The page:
Will Your Senior Clients Be Harmed When Obamacare Is Repealed?
The short answer is “yes”, unless every one of them is high net worth. For those who are very wealthy, there will be no effect as they will pay out of pocket. However for any client who lives long enough to spend down everything and to get low on funds the effect will be palpable. Though neither party is talking about what happens to seniors of modest means with the repeal of the Affordable Care Act here’s the hidden truth.
Low income seniors who could not afford the high cost of long term care had no choice when they ran out of money except a nursing home. Until Congress passed legislation called Community First Choice (CFC), that is. This is a bipartisan supported program that is optional for states. It gives seniors and disabled people a choice to remain at home and supports family caregivers. If a state adopts CFC, it receives extra federal funding (6%) to pay for personal attendant services. This funding is critical. States who want CFC must make the initial investment in home and community-based services before they see savings over the long run.
According to the National Council on Aging, eight states have adopted it so far and at least four more are applying for it or are considering applying. With our growing senior population it is right to give elders a choice of not having to go to a nursing home, a fate many dread and fear.
Even though care at home is normally cheaper and better than nursing home care, there is still a bias in our Federal law that compels states to pay for nursing home care, but not home care. It makes no sense. The CFC is an effort to eliminate the bias in the law favoring nursing home care and promote doing what is better for our elders: allowing them a way to pay for home care using family to provide it with financial support.
Repealing the ACA will de-fund this successful CFC program.
The Republican Platform states: “Our aging population must have access to safe and affordable care. Because most seniors desire to age at home, we will make homecare a priority in public policy and will implement programs to protect against elder abuse.”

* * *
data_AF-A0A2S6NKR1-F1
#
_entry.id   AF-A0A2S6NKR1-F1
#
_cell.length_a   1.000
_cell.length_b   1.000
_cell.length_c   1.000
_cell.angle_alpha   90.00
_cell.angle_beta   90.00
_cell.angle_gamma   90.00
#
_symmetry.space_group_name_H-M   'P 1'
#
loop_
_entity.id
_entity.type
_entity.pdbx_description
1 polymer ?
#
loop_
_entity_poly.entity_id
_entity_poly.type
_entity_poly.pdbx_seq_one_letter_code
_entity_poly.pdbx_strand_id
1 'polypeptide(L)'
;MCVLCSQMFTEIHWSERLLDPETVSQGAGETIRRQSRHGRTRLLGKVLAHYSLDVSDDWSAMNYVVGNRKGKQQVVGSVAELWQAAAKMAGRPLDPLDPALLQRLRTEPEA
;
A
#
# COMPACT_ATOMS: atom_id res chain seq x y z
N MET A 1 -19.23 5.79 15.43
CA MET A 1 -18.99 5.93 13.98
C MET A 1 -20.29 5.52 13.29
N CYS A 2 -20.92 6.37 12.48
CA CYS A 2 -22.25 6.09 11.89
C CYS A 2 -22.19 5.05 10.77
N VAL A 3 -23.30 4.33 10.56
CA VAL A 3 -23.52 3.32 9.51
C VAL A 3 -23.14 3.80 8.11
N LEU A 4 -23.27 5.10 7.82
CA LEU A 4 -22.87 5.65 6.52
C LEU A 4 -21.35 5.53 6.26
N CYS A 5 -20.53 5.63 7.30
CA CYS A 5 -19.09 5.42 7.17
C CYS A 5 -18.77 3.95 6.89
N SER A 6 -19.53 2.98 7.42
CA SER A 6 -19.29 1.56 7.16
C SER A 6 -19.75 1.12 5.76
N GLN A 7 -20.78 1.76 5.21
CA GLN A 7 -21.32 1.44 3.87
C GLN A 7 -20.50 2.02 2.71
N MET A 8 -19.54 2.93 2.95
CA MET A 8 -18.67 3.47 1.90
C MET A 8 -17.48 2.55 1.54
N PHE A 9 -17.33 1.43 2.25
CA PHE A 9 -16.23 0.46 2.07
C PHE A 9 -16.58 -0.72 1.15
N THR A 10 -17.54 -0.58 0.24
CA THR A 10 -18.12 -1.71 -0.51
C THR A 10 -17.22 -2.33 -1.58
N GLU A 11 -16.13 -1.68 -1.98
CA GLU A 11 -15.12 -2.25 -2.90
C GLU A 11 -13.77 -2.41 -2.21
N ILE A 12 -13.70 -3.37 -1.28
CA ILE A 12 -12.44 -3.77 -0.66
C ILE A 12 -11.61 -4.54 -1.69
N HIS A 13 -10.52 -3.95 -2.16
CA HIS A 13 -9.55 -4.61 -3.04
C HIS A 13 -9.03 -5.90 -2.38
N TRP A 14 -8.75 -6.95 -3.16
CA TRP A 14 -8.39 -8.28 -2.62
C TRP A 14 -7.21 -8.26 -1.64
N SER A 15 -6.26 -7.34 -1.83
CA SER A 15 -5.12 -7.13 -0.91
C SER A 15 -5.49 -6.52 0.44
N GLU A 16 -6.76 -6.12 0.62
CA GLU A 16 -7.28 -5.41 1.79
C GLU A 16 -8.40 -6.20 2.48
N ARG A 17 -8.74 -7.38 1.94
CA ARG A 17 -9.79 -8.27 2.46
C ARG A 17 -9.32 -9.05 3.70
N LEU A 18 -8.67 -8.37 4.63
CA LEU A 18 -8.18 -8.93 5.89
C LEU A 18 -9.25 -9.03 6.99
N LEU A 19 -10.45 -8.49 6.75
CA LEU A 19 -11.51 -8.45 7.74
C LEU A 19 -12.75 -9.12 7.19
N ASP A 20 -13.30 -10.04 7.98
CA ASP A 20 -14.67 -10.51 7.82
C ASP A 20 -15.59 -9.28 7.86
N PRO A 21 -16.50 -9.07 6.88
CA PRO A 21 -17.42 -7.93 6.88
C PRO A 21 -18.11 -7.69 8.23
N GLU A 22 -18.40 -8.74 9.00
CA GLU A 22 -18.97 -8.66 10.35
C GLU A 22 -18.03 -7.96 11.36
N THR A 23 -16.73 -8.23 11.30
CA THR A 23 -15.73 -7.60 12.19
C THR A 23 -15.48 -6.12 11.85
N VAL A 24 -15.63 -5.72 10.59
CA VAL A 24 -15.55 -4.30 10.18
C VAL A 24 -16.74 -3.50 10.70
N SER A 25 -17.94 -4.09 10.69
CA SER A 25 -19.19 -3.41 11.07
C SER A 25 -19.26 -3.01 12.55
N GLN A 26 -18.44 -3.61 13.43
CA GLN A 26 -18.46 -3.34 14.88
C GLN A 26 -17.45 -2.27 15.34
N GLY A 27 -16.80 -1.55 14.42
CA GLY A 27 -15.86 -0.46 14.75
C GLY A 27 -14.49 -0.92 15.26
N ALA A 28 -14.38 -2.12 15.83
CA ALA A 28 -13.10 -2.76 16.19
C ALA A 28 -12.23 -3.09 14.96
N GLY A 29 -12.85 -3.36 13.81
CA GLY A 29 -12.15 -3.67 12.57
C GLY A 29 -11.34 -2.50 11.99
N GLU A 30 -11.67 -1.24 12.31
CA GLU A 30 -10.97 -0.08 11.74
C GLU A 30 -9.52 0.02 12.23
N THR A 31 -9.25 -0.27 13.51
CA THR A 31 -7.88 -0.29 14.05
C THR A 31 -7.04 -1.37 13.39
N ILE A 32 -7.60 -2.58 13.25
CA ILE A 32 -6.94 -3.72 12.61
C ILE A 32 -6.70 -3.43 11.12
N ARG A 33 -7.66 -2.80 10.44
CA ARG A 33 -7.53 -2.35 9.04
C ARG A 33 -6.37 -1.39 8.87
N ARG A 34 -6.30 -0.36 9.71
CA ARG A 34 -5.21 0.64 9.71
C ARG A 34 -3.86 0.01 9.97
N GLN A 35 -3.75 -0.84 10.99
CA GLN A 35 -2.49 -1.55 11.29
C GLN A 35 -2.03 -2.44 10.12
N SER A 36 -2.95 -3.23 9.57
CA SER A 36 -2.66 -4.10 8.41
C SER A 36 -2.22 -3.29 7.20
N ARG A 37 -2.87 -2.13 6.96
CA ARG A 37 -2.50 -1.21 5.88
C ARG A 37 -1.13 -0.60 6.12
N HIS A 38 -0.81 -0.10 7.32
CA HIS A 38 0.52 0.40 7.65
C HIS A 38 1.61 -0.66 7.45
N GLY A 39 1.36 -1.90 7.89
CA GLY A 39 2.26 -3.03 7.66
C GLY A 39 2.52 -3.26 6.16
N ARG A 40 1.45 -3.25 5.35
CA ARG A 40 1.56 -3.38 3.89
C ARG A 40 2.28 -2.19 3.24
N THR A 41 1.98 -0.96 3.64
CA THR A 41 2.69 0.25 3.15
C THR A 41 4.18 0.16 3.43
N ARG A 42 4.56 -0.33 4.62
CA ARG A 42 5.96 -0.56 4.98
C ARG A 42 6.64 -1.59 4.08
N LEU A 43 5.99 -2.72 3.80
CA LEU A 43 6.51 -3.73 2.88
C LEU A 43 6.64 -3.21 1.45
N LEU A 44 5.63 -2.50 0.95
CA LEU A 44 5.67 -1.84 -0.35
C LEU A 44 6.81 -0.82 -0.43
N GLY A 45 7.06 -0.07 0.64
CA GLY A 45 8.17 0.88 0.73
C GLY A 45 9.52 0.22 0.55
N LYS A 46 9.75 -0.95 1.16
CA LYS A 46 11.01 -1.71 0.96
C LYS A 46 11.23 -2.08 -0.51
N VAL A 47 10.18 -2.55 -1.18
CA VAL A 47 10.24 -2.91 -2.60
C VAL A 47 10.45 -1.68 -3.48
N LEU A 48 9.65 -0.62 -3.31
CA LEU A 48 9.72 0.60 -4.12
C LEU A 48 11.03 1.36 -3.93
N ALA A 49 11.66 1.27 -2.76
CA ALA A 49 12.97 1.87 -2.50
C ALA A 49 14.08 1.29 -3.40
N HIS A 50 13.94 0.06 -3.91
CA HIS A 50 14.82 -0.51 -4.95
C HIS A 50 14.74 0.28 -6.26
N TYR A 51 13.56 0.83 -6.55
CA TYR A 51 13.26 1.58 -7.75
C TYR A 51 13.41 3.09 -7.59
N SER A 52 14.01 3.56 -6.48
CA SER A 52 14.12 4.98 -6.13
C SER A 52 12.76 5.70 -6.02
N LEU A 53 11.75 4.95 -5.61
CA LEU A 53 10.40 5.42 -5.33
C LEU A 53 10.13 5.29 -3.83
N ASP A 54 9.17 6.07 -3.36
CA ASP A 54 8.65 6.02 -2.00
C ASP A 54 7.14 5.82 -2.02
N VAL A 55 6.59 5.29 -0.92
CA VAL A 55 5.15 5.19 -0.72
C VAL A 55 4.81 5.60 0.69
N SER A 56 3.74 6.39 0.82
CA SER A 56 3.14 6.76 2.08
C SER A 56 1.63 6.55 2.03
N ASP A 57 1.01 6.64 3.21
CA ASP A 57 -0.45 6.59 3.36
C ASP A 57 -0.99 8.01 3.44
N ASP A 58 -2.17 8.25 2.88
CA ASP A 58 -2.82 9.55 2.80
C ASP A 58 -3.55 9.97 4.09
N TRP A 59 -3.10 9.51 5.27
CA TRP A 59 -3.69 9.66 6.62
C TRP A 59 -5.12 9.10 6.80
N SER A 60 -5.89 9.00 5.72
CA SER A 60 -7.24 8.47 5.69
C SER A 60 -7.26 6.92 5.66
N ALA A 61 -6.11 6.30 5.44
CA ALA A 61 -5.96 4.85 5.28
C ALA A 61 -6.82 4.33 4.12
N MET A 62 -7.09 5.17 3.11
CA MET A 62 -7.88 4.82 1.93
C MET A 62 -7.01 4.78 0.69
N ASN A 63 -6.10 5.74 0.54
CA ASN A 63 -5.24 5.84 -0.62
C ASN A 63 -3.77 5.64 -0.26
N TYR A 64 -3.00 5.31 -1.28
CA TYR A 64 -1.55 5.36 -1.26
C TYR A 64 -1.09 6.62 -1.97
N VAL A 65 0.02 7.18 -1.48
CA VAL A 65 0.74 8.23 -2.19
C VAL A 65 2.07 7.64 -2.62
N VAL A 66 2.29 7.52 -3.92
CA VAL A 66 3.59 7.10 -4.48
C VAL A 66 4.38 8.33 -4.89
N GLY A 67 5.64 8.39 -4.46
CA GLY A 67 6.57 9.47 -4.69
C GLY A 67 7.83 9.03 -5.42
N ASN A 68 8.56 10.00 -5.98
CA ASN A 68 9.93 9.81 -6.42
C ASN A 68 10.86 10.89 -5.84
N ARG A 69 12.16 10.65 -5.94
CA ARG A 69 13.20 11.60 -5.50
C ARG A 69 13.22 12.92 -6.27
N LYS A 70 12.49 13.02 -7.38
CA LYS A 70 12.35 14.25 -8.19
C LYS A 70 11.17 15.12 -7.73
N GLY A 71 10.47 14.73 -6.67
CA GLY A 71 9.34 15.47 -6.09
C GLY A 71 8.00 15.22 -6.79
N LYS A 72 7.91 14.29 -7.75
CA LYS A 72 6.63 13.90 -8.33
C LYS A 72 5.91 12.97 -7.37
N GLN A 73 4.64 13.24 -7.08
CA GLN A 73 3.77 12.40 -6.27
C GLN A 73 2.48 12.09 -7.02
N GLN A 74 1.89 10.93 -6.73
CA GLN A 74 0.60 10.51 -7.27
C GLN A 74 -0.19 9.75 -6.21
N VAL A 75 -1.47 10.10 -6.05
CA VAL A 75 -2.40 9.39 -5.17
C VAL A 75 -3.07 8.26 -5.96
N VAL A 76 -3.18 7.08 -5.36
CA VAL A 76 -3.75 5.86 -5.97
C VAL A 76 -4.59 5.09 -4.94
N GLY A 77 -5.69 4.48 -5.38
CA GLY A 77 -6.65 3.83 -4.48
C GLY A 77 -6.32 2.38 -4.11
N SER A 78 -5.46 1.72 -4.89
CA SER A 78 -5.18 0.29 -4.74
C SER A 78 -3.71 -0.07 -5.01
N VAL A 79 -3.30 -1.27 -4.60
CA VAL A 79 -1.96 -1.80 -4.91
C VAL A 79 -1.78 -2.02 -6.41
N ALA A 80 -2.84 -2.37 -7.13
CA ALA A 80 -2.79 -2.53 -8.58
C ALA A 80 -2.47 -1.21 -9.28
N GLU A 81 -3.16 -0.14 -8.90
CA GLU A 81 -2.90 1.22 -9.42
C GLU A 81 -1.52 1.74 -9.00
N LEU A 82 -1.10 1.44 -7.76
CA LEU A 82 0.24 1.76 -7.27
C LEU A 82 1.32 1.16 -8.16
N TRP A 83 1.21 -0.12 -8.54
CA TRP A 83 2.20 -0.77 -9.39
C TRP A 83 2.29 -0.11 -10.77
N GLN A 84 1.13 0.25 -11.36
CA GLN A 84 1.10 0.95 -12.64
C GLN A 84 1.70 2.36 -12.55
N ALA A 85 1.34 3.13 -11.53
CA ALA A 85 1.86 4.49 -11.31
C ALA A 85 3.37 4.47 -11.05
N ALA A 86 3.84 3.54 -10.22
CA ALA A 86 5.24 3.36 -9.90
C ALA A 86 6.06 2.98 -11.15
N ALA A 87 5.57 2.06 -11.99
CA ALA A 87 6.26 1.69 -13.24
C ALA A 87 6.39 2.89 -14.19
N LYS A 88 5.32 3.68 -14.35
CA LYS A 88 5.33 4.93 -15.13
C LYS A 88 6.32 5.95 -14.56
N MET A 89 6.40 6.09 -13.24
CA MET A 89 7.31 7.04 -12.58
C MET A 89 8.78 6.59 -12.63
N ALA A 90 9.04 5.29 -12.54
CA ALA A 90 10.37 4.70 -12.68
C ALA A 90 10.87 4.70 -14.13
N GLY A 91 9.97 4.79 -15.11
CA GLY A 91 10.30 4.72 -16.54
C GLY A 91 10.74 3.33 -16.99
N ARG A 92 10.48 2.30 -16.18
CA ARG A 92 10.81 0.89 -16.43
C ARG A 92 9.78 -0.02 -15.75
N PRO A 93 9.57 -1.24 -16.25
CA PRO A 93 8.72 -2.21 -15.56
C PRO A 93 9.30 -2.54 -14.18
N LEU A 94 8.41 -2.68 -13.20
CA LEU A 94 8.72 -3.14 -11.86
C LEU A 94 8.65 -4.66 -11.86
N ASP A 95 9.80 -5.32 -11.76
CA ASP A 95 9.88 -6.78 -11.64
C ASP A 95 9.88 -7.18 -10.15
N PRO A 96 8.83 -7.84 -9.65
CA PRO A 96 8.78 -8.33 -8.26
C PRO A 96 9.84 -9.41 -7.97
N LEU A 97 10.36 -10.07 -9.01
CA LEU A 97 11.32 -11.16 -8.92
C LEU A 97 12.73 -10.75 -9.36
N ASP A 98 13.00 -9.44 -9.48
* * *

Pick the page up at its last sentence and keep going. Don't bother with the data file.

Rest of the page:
Really? If this is a priority, how has a helpful program for seniors been ignored in the dialog about the necessity repeal Obamacare? And what about the millions of people ages 55-64 who need health insurance and can’t afford it? Expanded Medicaid and subsidies help them now. Those programs are on the chopping block in the oncoming rush to “cut government spending”.
The elder and disabled adults who need Community First Choice funding and all community based efforts to keep them out of nursing homes are not marching in the streets. They need total care or help to maintain themselves at home. They are not in the news. They are a population without a voice except by aging organizations who fought for CFC in the first place. Any client who spends a fortune on long term care over years and depletes her assets could end up needing Medicaid. Those are the most at risk folks. No matter how skilled you are no one can make money last forever for those who are less than high net worth.
Do not be fooled into thinking that those who relish the idea of quickly trashing Obamacare really are concerned about what happens to low income seniors. These seniors comprise a significant part of our population. The elders with modest means and modest savings who need long term care can’t pay for it. They are the ones being forced to go to a place they don’t want to be.
The Money Follows the Person Program, which assists states in making home and community-based services more widely available expired in October 2016. If Congress is throwing out all things related to the Affordable Care Act, what are the chances of renewing this program?
If you have aging clients who might live long enough to run out of funds, this will directly affect what happens with them. If you are planning for them for lifelong financial safety, consider that much of what formerly was in place to keep them out of nursing homes will likely be gone should they live to be 100 and are no longer wealthy. Be sure to keep in mind that nursing homes are about three times the cost of staying at home with care in place there.
Top Picks in Asset Allocation
Written b: John Bilton, Head of Global Multi-Asset Strategy, Multi-Asset Solutions
As global growth broadens out and the reflation theme gains traction, the outlook brightens for risky assets
Four times a year, our Multi-Asset Solutions team holds a two-day-long Strategy Summit where senior portfolio managers and strategists discuss the economic and market outlook. After a rigorous examination of a wide range of quantitative and qualitative measures and some spirited debate, the team establishes key themes and determines its current views on asset allocation. Those views will be reflected across multi-asset portfolios managed by the team.
From our most recent summit, held in early March, here are key themes and their macro and asset class implications:
Key themes and their implications
Asset allocation views